Dave Bradfield] I was in a band called The Statesmen with Ricky Kemp, who later played with Steeleye Span and married Maddy Prior. Johnny Griffiths played bass, and a guy called Harry Shortland was singing.
At the time, The Crestas was the band to get into. I got a phone call saying that he [Mike Kitching] was going into his father's butcher business, and didn't want to play anymore. 'Would I join them?' I was in The Statesmen at the time, I think, and I just said 'Right, that's it, I'm gone. Now I'm gone in a proper band!'
But The Crestas were beginning to run out of steam. Vocalist Eric Lee also called it quits, and was replaced by Malcolm 'Mally' Hunt.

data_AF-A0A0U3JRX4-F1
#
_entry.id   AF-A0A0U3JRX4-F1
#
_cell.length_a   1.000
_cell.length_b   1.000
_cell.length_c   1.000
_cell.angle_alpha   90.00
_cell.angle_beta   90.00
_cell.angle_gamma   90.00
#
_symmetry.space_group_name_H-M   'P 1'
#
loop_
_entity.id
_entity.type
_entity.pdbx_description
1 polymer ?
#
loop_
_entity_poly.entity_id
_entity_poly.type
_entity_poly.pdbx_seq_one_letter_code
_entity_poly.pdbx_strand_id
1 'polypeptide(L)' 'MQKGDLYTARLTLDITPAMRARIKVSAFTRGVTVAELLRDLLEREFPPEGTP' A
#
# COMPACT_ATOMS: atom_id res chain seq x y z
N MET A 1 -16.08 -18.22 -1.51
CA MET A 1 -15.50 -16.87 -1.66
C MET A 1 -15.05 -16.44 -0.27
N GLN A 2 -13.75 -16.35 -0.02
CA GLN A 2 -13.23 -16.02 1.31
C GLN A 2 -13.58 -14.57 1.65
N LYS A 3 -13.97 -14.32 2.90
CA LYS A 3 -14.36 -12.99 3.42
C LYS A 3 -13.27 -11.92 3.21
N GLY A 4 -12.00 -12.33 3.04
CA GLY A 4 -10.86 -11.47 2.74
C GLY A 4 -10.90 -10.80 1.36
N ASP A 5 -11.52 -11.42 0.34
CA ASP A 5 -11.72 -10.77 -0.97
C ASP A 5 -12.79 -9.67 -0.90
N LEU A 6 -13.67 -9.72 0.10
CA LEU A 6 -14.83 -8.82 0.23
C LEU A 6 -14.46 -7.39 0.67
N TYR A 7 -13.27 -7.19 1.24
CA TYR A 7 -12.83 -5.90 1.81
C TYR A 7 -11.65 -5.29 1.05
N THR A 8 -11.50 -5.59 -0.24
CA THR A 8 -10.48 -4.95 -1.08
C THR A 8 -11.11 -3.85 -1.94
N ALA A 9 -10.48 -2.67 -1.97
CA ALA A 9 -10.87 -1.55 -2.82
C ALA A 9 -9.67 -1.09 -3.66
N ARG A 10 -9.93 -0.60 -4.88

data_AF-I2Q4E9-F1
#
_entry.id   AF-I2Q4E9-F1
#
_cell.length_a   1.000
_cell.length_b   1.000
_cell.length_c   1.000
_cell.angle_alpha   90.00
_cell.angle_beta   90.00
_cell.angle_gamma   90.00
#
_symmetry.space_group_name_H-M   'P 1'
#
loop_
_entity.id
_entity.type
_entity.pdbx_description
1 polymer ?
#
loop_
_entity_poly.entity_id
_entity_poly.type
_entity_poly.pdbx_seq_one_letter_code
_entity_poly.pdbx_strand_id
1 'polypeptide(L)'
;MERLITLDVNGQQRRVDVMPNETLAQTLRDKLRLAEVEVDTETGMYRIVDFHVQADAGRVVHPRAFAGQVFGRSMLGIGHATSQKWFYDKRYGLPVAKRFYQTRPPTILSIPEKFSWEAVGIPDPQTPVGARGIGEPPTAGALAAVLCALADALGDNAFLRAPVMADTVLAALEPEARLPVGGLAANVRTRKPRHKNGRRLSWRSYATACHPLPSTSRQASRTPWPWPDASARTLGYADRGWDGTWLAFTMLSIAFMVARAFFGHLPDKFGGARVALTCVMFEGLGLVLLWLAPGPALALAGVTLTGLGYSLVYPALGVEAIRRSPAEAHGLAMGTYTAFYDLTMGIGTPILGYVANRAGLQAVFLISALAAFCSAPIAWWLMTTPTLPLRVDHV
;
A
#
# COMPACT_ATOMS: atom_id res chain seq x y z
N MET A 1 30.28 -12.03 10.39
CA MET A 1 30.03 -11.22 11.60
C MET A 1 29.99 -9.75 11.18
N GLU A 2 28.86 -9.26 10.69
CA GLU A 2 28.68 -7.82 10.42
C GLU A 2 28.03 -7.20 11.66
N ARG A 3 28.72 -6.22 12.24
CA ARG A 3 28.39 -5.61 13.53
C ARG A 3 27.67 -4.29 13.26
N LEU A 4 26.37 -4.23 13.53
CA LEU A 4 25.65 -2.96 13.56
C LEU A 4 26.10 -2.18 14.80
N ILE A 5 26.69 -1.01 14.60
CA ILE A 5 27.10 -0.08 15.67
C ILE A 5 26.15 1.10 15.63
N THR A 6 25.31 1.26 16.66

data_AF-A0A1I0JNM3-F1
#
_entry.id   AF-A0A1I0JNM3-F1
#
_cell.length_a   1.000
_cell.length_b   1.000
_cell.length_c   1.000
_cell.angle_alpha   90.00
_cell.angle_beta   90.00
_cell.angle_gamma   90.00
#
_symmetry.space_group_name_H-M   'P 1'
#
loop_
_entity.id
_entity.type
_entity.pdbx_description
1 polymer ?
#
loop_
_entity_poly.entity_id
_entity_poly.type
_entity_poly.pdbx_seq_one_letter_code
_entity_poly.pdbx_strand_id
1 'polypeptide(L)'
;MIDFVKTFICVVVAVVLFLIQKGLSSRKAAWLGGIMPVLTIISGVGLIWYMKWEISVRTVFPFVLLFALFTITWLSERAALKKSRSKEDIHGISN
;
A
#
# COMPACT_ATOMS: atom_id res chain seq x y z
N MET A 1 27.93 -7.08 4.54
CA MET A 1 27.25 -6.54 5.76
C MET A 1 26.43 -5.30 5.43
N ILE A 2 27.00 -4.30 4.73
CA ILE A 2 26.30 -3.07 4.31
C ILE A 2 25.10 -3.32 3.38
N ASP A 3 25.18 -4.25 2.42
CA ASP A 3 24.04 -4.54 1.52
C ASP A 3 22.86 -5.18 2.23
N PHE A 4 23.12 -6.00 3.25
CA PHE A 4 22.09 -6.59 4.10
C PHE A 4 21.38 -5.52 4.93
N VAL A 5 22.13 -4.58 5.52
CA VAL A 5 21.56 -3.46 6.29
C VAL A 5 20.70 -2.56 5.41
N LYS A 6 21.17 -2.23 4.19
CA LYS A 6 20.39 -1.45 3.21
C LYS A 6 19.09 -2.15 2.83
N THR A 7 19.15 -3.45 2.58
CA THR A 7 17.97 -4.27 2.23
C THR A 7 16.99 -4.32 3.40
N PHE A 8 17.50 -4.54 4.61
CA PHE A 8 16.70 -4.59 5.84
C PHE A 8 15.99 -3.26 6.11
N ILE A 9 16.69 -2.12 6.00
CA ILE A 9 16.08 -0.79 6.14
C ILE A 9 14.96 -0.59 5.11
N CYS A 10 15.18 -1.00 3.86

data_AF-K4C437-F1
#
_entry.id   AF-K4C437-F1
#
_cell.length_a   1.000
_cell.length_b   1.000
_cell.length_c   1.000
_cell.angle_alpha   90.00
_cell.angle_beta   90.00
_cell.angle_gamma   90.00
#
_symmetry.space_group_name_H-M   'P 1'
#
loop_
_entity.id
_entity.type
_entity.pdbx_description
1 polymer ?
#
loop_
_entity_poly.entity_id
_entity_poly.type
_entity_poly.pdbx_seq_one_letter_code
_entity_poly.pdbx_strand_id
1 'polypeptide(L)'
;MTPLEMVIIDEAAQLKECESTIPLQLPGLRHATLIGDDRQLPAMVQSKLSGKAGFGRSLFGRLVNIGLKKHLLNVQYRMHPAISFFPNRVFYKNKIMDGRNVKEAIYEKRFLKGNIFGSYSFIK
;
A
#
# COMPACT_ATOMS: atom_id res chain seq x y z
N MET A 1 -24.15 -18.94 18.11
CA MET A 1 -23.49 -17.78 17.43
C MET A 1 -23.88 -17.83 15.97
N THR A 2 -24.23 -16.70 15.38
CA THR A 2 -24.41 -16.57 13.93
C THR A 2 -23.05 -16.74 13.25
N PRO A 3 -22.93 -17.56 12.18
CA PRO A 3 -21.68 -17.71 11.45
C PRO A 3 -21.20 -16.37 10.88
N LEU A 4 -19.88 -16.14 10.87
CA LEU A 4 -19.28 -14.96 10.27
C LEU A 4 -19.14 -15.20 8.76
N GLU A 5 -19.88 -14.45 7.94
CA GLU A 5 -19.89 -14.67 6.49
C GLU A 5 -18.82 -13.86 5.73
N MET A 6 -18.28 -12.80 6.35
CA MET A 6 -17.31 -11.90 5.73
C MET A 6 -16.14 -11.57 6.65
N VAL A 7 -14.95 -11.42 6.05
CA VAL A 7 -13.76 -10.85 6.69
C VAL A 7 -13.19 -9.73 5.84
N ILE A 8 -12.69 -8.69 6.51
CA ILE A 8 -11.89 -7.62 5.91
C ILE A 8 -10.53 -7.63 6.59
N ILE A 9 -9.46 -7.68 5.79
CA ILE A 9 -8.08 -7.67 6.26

[Dave Bradfield] Eric Lee left; he went back to fish filleting in Scarborough because his wife didn't like him singing in bands. There was trouble after that, and the band broke up. He was at the end, Mally. He came in for a while, and I think Mick played with Mally. But I remember playing in another band with Mally, so I can't quite be sure!
With The Crestas falling apart, Mick decided to leave Hull, turn pro, and try his luck in London.
[Dave Bradfield] I'd already been professional; I'd already done it when I was sixteen. But this was Mick's big dream, and so Mick went down to London.
In London, Mick took a part time job in a garage and soon joined a group called The Voice. The group was from Scotland, having formed as The Royal Crests before moving to London and changing their name to Karl Stuart and the Profile and signing with Mercury. The Profile released three singles fro Mercury, before changing their name to The Voice.